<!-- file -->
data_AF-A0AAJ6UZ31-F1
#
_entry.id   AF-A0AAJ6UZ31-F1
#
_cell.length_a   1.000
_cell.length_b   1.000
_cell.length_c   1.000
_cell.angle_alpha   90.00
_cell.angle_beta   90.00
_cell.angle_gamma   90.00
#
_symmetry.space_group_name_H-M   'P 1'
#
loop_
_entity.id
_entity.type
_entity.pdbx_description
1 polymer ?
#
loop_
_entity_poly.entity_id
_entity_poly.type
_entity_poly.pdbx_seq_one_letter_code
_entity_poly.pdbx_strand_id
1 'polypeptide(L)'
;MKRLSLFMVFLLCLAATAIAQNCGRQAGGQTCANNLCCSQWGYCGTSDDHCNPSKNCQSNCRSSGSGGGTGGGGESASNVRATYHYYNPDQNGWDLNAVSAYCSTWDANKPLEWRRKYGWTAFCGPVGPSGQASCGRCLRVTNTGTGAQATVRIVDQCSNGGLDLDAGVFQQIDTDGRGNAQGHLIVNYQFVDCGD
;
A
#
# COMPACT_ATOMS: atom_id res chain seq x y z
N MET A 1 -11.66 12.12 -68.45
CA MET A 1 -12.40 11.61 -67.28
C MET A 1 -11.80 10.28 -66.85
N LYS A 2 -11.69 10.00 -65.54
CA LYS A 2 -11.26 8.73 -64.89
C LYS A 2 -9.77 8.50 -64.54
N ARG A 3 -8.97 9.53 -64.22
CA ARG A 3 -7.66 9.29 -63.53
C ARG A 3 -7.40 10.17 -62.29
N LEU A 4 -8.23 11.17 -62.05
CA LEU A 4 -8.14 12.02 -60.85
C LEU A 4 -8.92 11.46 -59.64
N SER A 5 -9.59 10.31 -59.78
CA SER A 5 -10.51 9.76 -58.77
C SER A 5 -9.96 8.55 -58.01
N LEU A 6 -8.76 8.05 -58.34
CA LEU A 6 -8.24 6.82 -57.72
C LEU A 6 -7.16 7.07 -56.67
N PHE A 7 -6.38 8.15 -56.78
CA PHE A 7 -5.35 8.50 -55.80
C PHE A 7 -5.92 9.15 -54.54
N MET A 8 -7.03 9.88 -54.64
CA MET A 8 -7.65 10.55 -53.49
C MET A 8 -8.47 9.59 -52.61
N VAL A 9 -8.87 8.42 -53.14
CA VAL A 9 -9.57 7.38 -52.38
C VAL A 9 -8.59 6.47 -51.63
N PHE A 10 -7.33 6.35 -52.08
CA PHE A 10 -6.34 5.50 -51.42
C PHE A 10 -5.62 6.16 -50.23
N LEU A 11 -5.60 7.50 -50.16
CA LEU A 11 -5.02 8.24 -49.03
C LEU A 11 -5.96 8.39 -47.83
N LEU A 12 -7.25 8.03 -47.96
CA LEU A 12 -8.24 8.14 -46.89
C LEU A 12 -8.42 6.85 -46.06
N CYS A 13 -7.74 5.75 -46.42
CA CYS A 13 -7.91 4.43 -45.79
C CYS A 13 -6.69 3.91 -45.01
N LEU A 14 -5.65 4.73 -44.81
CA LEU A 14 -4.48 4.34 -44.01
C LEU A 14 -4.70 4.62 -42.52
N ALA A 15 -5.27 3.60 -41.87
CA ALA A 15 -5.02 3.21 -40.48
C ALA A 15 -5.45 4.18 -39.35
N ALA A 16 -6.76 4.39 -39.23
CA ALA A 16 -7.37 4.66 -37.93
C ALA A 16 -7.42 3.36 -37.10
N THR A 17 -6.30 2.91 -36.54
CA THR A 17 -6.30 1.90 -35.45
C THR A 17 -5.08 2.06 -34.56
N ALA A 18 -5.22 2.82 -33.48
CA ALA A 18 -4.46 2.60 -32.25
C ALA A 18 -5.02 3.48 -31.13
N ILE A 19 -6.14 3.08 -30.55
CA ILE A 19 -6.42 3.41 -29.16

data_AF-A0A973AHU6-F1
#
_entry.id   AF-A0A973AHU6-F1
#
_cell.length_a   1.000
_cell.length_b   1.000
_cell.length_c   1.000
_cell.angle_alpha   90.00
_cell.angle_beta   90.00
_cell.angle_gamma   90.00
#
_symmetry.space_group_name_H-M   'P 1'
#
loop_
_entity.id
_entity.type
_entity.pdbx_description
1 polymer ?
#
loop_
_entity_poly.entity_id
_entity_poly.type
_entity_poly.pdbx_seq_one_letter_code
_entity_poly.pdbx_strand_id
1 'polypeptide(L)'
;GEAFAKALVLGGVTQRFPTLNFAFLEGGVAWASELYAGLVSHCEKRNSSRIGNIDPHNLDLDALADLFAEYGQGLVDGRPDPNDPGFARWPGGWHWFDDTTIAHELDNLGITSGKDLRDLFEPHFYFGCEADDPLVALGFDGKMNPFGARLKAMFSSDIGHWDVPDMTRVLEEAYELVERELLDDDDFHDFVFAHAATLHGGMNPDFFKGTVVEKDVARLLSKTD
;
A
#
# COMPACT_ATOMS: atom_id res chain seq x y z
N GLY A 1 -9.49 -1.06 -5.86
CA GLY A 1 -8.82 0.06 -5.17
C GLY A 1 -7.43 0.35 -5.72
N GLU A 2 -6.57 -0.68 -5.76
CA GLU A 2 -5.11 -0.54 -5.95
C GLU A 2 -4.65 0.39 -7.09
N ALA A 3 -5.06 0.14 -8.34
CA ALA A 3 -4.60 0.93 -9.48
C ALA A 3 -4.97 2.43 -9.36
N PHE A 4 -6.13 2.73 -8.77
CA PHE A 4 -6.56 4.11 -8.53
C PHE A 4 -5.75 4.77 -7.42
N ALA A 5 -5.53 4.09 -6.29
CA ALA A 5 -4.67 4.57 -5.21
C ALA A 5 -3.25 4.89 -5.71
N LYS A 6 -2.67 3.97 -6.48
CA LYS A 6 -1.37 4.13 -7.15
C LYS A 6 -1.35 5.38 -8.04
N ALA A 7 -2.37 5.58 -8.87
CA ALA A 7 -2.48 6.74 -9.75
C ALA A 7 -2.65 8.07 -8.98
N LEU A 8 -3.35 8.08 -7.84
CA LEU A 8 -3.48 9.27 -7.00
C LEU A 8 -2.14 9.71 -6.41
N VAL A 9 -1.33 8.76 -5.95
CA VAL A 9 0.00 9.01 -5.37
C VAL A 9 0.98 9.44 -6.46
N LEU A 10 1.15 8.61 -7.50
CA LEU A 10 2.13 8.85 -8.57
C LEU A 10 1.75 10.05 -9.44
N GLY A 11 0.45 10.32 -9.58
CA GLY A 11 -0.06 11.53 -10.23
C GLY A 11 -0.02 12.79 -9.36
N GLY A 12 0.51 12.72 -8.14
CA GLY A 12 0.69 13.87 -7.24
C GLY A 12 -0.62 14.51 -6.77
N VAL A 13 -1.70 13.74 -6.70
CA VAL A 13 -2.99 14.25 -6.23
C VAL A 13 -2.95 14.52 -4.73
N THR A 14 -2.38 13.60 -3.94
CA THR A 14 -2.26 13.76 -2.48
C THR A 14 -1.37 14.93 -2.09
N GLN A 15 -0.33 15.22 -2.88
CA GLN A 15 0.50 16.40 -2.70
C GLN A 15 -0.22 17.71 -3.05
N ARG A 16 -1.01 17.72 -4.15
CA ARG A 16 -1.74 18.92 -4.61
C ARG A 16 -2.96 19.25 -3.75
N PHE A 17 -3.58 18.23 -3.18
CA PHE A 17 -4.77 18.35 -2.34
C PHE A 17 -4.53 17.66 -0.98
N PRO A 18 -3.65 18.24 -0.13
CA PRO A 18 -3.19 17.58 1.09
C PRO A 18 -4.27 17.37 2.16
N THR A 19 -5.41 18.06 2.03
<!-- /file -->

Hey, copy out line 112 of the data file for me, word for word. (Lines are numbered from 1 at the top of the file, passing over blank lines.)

;GEAFAKALVLGGVTQRFPTLNFAFLEGGVAWASELYAGLVSHCEKRNSSRIGNIDPHNLDLDALADLFAEYGQGLVDGRPDPNDPGFARWPGGWHWFDDTTIAHELDNLGITSGKDLRDLFEPHFYFGCEADDPLVALGFDGKMNPFGARLKAMFSSDIGHWDVPDMTRVLEEAYELVERELLDDDDFHDFVFAHAATLHGGMNPDFFKGTVVEKDVARLLSKTD